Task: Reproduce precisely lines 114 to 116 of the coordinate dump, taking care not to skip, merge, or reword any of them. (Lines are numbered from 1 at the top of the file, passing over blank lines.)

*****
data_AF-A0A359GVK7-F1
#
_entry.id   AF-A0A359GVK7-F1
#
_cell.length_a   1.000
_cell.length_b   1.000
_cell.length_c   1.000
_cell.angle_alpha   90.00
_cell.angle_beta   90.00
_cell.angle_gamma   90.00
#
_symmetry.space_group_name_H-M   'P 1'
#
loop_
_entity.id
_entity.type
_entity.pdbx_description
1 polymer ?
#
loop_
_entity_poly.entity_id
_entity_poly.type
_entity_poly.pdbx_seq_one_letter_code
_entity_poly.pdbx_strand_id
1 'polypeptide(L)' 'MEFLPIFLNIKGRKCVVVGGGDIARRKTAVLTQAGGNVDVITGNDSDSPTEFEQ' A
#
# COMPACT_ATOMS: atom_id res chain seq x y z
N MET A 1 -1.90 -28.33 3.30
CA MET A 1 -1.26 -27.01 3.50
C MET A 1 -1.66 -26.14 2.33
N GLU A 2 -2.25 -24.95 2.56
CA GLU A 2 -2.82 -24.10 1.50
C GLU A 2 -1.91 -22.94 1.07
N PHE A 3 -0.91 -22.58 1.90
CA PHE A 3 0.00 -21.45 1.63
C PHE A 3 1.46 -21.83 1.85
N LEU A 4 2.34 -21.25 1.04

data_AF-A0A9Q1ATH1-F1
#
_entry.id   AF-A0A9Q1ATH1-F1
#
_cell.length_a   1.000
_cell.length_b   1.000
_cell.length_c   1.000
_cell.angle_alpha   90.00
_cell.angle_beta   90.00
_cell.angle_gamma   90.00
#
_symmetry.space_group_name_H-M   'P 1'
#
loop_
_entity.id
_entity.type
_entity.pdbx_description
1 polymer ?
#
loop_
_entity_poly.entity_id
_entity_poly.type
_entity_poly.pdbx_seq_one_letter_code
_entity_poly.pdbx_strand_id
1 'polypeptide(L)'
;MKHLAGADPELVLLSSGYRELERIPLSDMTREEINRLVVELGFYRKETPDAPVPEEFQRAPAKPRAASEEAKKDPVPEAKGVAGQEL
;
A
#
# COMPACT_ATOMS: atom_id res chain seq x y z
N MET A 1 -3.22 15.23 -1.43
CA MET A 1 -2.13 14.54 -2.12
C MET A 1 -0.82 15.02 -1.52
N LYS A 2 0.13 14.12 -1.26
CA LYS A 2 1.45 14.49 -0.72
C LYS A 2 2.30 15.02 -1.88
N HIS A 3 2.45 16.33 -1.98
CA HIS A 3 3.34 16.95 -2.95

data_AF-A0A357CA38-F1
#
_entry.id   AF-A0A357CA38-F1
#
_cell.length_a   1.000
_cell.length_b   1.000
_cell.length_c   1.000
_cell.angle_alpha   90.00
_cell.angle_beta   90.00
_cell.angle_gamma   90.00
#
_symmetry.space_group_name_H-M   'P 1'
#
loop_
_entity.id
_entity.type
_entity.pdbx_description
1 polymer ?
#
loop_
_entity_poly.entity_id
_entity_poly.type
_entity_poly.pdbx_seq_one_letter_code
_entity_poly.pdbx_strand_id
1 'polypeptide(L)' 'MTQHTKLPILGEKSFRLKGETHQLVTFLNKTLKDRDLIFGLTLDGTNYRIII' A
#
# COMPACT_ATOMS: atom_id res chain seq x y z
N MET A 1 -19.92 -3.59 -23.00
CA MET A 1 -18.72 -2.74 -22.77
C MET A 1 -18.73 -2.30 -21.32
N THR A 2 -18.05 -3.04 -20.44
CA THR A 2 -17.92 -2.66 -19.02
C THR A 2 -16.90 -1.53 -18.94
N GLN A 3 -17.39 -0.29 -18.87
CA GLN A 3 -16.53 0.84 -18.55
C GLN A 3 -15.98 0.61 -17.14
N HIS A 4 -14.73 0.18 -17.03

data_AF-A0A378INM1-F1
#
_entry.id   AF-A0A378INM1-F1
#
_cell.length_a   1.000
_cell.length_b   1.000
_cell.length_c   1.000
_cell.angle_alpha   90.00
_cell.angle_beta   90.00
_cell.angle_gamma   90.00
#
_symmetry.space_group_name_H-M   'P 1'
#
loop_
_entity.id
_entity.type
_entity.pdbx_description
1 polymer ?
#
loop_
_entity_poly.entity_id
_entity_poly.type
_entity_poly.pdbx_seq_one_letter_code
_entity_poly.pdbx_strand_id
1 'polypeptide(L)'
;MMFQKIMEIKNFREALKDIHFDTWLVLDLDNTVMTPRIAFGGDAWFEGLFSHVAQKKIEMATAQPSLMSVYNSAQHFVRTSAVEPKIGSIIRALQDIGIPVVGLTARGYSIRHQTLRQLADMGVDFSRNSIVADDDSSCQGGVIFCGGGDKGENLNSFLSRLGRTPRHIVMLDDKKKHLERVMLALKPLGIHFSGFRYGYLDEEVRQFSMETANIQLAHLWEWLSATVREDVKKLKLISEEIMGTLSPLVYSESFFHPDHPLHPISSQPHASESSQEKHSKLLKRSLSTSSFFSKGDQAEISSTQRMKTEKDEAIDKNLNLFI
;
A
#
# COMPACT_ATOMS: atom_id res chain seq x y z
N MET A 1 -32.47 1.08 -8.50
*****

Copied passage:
#
_entry.id   AF-A0A378INM1-F1
#